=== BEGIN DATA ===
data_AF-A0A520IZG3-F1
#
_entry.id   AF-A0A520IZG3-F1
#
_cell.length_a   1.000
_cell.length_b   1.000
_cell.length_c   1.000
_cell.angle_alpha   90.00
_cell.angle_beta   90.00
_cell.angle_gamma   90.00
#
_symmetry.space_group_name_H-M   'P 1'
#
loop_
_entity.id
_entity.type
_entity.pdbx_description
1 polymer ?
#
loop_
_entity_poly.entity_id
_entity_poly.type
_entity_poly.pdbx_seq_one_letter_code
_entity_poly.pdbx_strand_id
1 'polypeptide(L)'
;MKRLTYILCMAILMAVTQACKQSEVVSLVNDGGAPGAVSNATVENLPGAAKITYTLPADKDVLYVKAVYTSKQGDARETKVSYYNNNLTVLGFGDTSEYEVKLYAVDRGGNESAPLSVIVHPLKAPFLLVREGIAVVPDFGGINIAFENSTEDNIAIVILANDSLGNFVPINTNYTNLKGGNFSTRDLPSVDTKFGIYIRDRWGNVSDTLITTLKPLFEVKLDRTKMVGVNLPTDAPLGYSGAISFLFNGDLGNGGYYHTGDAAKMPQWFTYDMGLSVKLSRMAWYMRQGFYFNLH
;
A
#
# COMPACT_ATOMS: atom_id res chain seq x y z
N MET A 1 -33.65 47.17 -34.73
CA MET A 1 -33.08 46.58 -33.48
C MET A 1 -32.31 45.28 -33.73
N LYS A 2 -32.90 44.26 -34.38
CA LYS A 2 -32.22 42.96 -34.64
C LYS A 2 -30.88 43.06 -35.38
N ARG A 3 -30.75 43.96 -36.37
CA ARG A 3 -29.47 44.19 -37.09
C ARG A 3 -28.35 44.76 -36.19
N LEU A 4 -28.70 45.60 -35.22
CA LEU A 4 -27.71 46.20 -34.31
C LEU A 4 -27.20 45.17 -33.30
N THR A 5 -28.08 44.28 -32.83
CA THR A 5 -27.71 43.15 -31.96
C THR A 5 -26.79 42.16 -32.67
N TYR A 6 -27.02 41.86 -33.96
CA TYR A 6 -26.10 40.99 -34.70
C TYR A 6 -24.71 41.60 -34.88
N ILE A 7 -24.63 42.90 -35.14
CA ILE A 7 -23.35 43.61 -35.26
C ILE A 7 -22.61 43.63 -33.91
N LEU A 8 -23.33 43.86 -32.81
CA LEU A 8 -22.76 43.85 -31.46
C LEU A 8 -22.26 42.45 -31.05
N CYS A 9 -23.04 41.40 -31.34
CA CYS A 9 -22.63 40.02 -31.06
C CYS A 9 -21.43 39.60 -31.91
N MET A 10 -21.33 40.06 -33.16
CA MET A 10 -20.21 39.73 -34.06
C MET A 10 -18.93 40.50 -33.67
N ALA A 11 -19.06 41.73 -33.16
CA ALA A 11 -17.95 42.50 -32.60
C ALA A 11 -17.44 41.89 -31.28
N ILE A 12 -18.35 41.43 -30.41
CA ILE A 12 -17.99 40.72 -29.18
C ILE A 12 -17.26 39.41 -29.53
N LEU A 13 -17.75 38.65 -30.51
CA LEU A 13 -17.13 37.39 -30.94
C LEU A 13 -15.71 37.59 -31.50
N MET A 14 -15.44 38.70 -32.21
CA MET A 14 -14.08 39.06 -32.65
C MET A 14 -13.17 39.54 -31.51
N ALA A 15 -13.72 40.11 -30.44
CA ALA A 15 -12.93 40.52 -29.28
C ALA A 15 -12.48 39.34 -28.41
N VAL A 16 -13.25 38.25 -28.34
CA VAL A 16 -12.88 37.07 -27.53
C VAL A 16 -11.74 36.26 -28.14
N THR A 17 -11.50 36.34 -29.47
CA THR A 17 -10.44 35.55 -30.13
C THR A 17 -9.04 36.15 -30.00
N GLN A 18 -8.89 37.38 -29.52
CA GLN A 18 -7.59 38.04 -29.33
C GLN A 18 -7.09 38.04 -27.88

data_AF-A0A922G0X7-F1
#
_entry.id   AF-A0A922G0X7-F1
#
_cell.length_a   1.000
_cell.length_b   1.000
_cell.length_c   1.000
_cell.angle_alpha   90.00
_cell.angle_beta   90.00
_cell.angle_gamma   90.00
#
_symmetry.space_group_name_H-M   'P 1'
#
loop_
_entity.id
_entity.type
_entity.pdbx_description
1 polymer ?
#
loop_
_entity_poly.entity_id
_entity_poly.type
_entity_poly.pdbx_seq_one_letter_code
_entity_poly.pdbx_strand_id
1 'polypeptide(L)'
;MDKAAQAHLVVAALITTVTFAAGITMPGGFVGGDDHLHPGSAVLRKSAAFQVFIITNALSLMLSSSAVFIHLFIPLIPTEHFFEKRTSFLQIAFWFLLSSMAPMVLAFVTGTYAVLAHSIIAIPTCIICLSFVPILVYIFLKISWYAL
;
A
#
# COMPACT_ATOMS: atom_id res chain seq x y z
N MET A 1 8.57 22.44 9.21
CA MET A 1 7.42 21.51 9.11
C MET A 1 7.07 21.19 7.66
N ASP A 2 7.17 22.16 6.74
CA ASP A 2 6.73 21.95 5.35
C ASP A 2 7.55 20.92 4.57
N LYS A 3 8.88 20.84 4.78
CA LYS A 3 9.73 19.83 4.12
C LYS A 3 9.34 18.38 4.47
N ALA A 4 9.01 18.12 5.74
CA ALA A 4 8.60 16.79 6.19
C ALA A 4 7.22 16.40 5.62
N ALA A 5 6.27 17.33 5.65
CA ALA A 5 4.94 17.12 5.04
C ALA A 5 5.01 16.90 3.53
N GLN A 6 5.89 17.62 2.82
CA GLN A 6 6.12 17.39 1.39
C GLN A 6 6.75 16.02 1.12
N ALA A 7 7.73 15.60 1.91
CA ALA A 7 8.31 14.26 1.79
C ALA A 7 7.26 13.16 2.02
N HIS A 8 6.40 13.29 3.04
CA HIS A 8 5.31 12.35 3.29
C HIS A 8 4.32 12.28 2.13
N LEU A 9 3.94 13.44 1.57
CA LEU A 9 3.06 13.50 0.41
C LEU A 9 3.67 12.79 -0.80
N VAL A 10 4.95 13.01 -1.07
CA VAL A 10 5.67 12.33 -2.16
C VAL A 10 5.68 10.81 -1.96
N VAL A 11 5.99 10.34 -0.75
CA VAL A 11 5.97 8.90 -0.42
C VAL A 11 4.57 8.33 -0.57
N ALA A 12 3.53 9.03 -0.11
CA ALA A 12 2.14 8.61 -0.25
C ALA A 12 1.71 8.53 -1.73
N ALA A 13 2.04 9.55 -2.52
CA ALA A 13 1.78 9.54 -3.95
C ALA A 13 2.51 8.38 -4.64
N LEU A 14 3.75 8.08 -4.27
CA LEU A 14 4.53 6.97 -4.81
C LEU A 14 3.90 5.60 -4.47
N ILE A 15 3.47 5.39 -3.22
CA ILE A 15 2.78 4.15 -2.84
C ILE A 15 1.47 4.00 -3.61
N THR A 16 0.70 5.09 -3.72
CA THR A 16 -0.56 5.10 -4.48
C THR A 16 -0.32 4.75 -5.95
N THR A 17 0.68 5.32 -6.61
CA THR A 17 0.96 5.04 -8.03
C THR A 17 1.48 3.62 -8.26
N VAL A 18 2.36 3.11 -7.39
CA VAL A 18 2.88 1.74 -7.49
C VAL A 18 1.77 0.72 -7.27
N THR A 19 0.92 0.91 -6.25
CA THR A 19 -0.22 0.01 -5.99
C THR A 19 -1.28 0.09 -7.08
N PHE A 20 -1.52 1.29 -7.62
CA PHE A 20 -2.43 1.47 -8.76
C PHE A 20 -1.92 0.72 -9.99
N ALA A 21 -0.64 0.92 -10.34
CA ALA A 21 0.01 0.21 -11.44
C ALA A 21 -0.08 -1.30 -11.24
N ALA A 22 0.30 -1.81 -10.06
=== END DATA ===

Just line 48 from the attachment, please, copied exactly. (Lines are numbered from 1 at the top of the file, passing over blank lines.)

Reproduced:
C TYR A 6 -24.71 41.60 -34.88